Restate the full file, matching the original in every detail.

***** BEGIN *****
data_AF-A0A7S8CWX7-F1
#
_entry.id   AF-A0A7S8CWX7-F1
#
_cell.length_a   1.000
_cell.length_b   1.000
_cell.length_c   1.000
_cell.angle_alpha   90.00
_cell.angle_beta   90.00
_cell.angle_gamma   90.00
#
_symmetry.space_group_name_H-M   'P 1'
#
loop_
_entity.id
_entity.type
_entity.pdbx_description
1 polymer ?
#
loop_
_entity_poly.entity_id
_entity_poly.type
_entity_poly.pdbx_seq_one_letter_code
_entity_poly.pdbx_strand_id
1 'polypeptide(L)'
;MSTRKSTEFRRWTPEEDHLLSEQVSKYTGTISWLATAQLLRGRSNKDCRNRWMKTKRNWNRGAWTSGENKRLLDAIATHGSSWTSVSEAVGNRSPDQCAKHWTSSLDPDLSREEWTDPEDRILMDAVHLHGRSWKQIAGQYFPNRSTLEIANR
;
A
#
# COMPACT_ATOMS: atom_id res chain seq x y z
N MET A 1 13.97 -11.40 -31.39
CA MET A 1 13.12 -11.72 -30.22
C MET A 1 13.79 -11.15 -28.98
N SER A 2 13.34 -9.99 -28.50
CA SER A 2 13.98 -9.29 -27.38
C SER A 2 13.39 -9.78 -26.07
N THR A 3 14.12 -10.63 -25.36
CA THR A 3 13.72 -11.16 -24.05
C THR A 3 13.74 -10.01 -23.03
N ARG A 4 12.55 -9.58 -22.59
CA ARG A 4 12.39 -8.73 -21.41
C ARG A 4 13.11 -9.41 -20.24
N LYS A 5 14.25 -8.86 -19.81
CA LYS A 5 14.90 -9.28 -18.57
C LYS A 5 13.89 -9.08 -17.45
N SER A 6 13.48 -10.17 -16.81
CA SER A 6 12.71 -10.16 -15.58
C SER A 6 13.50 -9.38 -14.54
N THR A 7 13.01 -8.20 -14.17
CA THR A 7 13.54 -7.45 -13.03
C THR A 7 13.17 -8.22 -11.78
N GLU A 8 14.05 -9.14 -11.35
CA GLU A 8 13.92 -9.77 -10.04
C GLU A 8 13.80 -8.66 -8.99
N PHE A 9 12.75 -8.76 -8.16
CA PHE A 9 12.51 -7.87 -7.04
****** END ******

data_AF-A0A7S8CWX7-F1
#
_entry.id   AF-A0A7S8CWX7-F1
#
_cell.length_a   1.000
_cell.length_b   1.000
_cell.length_c   1.000
_cell.angle_alpha   90.00
_cell.angle_beta   90.00
_cell.angle_gamma   90.00
#
_symmetry.space_group_name_H-M   'P 1'
#
loop_
_entity.id
_entity.type
_entity.pdbx_description
1 polymer ?
#
loop_
_entity_poly.entity_id
_entity_poly.type
_entity_poly.pdbx_seq_one_letter_code
_entity_poly.pdbx_strand_id
1 'polypeptide(L)'
;MSTRKSTEFRRWTPEEDHLLSEQVSKYTGTISWLATAQLLRGRSNKDCRNRWMKTKRNWNRGAWTSGENKRLLDAIATHGSSWTSVSEAVGNRSPDQCAKHWTSSLDPDLSREEWTDPEDRILMDAVHLHGRSWKQIAGQYFPNRSTLEIANR
;
A
#
# COMPACT_ATOMS: atom_id res chain seq x y z
N MET A 1 13.97 -11.40 -31.39
CA MET A 1 13.12 -11.72 -30.22
C MET A 1 13.79 -11.15 -28.98
N SER A 2 13.34 -9.99 -28.50
CA SER A 2 13.98 -9.29 -27.38
C SER A 2 13.39 -9.78 -26.07
N THR A 3 14.12 -10.63 -25.36
CA THR A 3 13.72 -11.16 -24.05
C THR A 3 13.74 -10.01 -23.03
N ARG A 4 12.55 -9.58 -22.59
CA ARG A 4 12.39 -8.73 -21.41
C ARG A 4 13.11 -9.41 -20.24
N LYS A 5 14.25 -8.86 -19.81
CA LYS A 5 14.90 -9.28 -18.57
C LYS A 5 13.89 -9.08 -17.45
N SER A 6 13.48 -10.17 -16.81
CA SER A 6 12.71 -10.16 -15.58
C SER A 6 13.50 -9.38 -14.54
N THR A 7 13.01 -8.20 -14.17
CA THR A 7 13.54 -7.45 -13.03
C THR A 7 13.17 -8.22 -11.78
N GLU A 8 14.05 -9.14 -11.35
CA GLU A 8 13.92 -9.77 -10.04
C GLU A 8 13.80 -8.66 -8.99
N PHE A 9 12.75 -8.76 -8.16
CA PHE A 9 12.51 -7.87 -7.04